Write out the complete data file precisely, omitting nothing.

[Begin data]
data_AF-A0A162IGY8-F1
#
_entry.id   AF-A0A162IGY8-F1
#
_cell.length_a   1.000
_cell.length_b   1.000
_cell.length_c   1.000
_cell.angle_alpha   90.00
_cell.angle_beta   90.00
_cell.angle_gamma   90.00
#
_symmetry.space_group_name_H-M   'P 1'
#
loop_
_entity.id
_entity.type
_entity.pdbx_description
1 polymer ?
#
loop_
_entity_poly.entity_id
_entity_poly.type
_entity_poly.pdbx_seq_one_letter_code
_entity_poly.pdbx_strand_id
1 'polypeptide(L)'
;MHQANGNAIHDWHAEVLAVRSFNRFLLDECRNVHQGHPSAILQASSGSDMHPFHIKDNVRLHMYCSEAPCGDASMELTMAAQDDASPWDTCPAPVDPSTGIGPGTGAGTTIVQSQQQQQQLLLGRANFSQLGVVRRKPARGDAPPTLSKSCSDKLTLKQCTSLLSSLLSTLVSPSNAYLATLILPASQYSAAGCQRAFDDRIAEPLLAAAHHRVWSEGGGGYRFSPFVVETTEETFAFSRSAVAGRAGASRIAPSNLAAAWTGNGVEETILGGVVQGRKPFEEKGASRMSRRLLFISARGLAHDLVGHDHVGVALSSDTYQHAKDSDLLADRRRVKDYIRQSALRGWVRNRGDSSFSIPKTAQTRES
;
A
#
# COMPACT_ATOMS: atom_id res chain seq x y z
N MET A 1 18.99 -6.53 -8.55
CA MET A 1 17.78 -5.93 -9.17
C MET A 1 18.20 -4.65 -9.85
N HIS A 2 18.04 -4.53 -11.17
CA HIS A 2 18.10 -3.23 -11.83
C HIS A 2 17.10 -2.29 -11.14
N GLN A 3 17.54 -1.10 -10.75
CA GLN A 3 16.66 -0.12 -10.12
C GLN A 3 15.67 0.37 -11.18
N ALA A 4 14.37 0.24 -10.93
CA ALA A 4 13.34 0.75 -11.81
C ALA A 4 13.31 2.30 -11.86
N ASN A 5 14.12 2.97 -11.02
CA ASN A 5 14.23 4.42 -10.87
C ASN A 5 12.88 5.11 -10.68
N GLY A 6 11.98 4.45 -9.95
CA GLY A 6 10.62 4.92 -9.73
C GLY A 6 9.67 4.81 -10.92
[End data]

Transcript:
data_AF-A0A162IGY8-F1
#
_entry.id   AF-A0A162IGY8-F1
#
_cell.length_a   1.000
_cell.length_b   1.000
_cell.length_c   1.000
_cell.angle_alpha   90.00
_cell.angle_beta   90.00
_cell.angle_gamma   90.00
#
_symmetry.space_group_name_H-M   'P 1'
#
loop_
_entity.id
_entity.type
_entity.pdbx_description
1 polymer ?
#
loop_
_entity_poly.entity_id
_entity_poly.type
_entity_poly.pdbx_seq_one_letter_code
_entity_poly.pdbx_strand_id
1 'polypeptide(L)'
;MHQANGNAIHDWHAEVLAVRSFNRFLLDECRNVHQGHPSAILQASSGSDMHPFHIKDNVRLHMYCSEAPCGDASMELTMAAQDDASPWDTCPAPVDPSTGIGPGTGAGTTIVQSQQQQQQLLLGRANFSQLGVVRRKPARGDAPPTLSKSCSDKLTLKQCTSLLSSLLSTLVSPSNAYLATLILPASQYSAAGCQRAFDDRIAEPLLAAAHHRVWSEGGGGYRFSPFVVETTEETFAFSRSAVAGRAGASRIAPSNLAAAWTGNGVEETILGGVVQGRKPFEEKGASRMSRRLLFISARGLAHDLVGHDHVGVALSSDTYQHAKDSDLLADRRRVKDYIRQSALRGWVRNRGDSSFSIPKTAQTRES
;
A
#
# COMPACT_ATOMS: atom_id res chain seq x y z
N MET A 1 18.99 -6.53 -8.55
CA MET A 1 17.78 -5.93 -9.17
C MET A 1 18.20 -4.65 -9.85
N HIS A 2 18.04 -4.53 -11.17
CA HIS A 2 18.10 -3.23 -11.83
C HIS A 2 17.10 -2.29 -11.14
N GLN A 3 17.54 -1.10 -10.75
CA GLN A 3 16.66 -0.12 -10.12
C GLN A 3 15.67 0.37 -11.18
N ALA A 4 14.37 0.24 -10.93
CA ALA A 4 13.34 0.75 -11.81
C ALA A 4 13.31 2.30 -11.86
N ASN A 5 14.12 2.97 -11.02
CA ASN A 5 14.23 4.42 -10.87
C ASN A 5 12.88 5.11 -10.68
N GLY A 6 11.98 4.45 -9.95
CA GLY A 6 10.62 4.92 -9.73
C GLY A 6 9.67 4.81 -10.92